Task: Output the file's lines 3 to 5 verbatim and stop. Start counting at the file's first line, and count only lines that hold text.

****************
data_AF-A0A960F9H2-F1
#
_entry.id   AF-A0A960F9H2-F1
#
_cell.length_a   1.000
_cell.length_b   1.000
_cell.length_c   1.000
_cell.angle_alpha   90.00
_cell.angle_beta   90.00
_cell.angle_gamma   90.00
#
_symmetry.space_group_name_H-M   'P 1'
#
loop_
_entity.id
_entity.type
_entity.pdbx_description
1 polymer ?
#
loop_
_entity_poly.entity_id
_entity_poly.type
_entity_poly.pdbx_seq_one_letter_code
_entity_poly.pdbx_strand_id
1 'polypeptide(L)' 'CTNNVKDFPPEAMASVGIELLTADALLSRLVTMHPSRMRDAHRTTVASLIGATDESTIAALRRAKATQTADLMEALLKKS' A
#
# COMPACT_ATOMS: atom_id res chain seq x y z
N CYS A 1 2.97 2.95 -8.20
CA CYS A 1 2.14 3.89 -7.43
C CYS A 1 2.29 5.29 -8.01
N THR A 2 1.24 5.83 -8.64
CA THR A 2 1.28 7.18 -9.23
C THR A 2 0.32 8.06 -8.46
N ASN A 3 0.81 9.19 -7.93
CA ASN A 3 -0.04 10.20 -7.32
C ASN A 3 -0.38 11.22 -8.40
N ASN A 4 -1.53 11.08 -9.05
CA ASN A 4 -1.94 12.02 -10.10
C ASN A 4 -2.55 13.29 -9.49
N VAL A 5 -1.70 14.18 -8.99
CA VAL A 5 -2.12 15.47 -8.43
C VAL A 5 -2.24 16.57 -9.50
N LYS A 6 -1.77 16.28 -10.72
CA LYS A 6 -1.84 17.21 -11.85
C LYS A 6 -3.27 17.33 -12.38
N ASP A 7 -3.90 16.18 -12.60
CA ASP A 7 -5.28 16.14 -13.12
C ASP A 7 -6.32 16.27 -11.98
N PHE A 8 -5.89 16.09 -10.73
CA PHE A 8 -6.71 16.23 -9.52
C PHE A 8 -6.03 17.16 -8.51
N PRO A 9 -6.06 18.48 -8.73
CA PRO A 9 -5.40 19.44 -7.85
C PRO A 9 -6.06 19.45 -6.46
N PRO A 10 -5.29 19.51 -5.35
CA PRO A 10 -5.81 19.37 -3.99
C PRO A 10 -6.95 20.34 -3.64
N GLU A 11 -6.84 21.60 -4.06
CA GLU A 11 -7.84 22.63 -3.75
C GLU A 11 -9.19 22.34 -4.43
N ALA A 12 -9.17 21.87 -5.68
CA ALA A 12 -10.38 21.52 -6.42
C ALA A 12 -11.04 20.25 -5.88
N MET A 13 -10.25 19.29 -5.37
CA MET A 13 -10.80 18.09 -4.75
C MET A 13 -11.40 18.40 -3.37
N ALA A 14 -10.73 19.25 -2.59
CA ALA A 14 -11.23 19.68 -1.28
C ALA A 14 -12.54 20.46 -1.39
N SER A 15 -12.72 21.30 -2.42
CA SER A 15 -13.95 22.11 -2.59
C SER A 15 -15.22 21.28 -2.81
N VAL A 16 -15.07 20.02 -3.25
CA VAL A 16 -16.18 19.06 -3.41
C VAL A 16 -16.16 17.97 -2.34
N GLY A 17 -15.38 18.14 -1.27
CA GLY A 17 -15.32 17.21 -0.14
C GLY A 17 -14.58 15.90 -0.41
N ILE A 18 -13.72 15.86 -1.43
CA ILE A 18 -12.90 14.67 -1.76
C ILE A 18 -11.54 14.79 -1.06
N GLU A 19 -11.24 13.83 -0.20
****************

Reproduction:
_entry.id   AF-A0A960F9H2-F1
#
_cell.length_a   1.000